A similar solution was presented in an AskTOM post (in my case the providers are not a detail of a meal, thus no FK back to meal exists in the provider tables). I tested this approach at a small scale and it seems to work well and it appears to meet the goal of "minor" changes.

My questions are:

  • Does anyone have experience with this approach?
  • What are the drawbacks?
  • Any suggestions on alternative solutions?
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  • Virtual Columns were introduced in 11g, not 12c. Commented Aug 19, 2020 at 18:47
  • I wonder if the solution of a materialized view that worked well for my question might be used for yours.. not the same problem but a versatile solution dba.stackexchange.com/q/24280/2453
    – kevinskio
    Commented Aug 19, 2020 at 19:05
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    You should really try out your solution before posting - especially when you have a complete one like here. Your CREATE TABLE syntax for MEAL has two errors: one is that you miss the FOREIGN KEY key words (as in ` CONSTRAINT fk_truck_meal FOREIGN KEY (truck_id) REFERENCES food_truck(truck_id),` The other is that the truck table is called FOOD_TRUCK, not TRUCK. Which this changes, the MEAL table creates. Commented Aug 20, 2020 at 10:03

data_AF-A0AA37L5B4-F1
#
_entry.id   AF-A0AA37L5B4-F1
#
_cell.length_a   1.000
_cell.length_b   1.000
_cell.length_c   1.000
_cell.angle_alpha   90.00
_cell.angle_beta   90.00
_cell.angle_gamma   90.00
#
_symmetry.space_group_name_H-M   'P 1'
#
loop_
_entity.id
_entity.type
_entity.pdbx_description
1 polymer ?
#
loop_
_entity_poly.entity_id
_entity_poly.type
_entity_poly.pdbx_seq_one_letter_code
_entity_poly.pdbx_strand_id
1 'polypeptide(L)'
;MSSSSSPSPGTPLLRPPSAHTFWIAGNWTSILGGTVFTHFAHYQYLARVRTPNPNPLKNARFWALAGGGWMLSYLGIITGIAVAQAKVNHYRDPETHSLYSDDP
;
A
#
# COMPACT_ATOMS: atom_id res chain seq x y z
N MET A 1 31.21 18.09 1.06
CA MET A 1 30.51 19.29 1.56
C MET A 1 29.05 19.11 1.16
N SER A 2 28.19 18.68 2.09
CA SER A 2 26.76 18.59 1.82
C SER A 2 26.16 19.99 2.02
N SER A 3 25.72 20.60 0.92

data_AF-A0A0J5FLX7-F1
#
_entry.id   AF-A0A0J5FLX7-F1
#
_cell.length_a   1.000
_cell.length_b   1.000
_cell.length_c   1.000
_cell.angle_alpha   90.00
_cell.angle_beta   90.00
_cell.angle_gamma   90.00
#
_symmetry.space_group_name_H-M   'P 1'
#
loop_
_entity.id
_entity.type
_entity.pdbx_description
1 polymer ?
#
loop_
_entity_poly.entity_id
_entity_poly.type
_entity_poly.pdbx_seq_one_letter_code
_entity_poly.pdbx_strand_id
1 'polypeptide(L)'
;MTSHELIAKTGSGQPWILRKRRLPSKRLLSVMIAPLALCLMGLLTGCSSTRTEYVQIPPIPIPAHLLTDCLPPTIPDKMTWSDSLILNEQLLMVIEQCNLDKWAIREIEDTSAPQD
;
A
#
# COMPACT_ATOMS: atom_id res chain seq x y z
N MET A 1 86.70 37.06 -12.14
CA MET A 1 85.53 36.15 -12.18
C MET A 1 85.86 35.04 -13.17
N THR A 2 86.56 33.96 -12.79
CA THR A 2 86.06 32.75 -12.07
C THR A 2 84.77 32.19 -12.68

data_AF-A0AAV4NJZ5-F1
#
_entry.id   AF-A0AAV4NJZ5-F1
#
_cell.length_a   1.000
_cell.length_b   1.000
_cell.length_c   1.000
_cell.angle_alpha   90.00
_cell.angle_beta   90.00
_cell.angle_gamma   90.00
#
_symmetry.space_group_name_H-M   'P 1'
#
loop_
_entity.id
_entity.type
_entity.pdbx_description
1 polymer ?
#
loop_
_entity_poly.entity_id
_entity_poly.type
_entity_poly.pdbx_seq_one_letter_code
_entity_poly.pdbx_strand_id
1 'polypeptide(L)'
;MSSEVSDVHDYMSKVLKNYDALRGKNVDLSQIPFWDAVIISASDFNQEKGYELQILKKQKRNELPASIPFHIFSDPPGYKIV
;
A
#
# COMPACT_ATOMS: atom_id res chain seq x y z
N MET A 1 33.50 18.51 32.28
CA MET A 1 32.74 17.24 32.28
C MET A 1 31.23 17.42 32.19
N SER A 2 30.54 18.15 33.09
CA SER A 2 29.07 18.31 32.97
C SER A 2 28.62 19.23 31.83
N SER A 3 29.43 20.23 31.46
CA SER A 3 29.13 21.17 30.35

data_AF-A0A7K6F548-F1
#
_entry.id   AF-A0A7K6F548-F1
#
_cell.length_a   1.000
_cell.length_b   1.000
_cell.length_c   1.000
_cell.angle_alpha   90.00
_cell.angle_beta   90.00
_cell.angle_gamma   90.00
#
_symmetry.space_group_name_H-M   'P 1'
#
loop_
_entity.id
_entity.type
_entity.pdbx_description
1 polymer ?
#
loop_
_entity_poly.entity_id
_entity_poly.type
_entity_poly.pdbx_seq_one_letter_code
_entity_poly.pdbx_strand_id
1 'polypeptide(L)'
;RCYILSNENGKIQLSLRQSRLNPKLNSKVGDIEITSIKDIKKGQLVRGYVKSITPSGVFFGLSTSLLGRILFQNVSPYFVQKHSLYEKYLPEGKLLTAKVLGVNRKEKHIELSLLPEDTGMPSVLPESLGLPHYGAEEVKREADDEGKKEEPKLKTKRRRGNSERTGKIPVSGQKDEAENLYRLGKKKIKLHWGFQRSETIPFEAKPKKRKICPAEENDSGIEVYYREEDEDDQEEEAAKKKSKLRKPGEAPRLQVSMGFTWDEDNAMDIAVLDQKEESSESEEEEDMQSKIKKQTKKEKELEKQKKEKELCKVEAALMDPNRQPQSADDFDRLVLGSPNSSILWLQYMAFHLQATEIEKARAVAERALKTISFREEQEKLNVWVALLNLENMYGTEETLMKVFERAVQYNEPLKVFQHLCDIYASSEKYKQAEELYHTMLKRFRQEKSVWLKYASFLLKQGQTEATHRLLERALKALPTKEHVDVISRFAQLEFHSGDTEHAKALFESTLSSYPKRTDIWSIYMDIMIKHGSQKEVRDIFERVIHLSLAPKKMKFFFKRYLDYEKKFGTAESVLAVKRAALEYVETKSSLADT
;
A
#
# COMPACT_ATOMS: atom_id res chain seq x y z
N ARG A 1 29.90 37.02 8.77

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    However, there is no real way to check whether this works, without some example data. You should now populate your tables with example data and try out your scenarios. In particular "A provider cannot be deleted if any meals attributed to that providers exists" should work: that is the default operating mode for foreign keys. Commented Aug 20, 2020 at 10:06
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    Performance: "In terms of sizes, the providers number in the hundreds each and the meals number in the hundreds of thousands." That is a very small volume of data. I see no reason for the queries you indicate not to work efficiently. Then again those queries ARE already executed agains the existing data model, right ? The foreign keys make no difference here: they just enforce referential integrity. Their presence plays no role in query performance: queries will not go any faster or any slower. Commented Aug 20, 2020 at 10:10